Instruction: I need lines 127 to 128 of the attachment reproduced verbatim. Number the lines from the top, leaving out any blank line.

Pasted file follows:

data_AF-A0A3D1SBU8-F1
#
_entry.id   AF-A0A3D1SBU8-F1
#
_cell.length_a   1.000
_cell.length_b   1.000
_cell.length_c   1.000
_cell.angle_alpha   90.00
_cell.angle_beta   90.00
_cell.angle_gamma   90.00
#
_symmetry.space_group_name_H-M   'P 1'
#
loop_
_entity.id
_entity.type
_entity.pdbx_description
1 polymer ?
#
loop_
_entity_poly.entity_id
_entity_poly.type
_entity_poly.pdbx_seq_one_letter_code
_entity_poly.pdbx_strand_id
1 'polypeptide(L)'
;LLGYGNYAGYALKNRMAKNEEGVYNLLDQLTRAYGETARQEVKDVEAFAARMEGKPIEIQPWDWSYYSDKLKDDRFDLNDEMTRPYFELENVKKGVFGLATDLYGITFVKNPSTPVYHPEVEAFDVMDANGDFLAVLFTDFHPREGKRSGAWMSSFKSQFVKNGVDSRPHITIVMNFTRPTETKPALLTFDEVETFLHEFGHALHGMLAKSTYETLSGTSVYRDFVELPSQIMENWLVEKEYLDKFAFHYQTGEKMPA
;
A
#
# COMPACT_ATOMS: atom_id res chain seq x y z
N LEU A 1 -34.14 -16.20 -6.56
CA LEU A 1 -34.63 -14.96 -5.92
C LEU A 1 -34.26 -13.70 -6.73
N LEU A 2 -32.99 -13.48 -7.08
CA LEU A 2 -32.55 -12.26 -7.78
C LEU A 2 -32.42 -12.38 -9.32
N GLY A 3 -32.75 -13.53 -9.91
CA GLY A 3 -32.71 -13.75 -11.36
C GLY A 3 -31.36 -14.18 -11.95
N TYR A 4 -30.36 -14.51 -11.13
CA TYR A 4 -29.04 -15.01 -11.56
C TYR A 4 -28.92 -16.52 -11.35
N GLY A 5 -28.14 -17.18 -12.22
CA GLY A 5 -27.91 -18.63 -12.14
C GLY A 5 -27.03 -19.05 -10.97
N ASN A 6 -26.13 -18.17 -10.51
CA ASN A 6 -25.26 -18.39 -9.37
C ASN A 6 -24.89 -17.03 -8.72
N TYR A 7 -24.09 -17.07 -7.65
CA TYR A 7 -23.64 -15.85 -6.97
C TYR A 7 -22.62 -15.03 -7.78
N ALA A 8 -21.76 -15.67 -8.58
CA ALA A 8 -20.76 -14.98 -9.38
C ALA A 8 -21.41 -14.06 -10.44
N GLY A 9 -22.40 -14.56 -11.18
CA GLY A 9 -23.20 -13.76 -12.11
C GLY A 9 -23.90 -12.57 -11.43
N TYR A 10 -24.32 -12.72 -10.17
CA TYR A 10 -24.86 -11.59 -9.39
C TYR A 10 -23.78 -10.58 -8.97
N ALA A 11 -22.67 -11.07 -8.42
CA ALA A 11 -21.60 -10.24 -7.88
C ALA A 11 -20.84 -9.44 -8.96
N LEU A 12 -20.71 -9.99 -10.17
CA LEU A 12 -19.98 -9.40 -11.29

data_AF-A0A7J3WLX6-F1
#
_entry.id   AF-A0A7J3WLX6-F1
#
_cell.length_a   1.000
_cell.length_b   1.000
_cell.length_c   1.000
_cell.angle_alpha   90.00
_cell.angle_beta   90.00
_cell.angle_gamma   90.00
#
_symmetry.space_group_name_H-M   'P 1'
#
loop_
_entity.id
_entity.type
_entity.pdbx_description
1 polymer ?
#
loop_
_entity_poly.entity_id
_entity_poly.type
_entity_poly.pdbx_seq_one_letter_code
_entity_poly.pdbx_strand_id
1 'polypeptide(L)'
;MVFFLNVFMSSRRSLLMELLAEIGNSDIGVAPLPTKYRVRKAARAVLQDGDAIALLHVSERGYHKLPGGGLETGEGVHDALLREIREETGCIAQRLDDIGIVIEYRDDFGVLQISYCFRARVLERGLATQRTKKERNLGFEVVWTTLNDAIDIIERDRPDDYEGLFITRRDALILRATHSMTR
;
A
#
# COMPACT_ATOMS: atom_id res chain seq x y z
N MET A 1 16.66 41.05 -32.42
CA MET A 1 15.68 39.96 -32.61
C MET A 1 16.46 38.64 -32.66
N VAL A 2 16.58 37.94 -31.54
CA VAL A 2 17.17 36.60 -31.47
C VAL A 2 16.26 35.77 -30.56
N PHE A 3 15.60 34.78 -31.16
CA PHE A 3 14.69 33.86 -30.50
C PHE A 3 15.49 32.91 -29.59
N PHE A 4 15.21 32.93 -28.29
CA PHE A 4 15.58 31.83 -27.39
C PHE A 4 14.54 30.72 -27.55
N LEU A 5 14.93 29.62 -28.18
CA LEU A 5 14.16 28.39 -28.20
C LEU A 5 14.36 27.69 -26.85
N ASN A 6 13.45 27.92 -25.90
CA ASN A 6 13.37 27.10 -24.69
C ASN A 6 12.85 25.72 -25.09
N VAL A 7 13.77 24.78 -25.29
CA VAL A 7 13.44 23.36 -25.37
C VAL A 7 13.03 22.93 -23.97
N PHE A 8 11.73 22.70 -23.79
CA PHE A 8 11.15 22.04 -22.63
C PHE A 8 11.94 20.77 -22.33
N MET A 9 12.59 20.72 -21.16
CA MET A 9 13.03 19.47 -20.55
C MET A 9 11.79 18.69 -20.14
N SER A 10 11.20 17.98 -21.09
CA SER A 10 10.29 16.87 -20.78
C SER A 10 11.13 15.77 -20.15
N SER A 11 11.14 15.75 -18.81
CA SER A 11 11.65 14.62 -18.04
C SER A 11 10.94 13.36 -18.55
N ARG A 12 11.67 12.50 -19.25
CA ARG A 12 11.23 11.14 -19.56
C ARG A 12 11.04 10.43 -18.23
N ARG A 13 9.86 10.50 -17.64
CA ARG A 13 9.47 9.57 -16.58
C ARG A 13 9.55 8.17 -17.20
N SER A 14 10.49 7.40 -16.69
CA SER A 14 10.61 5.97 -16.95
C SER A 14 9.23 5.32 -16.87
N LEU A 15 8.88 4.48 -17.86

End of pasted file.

CA SER A 11 11.65 14.62 -18.04
C SER A 11 10.94 13.36 -18.55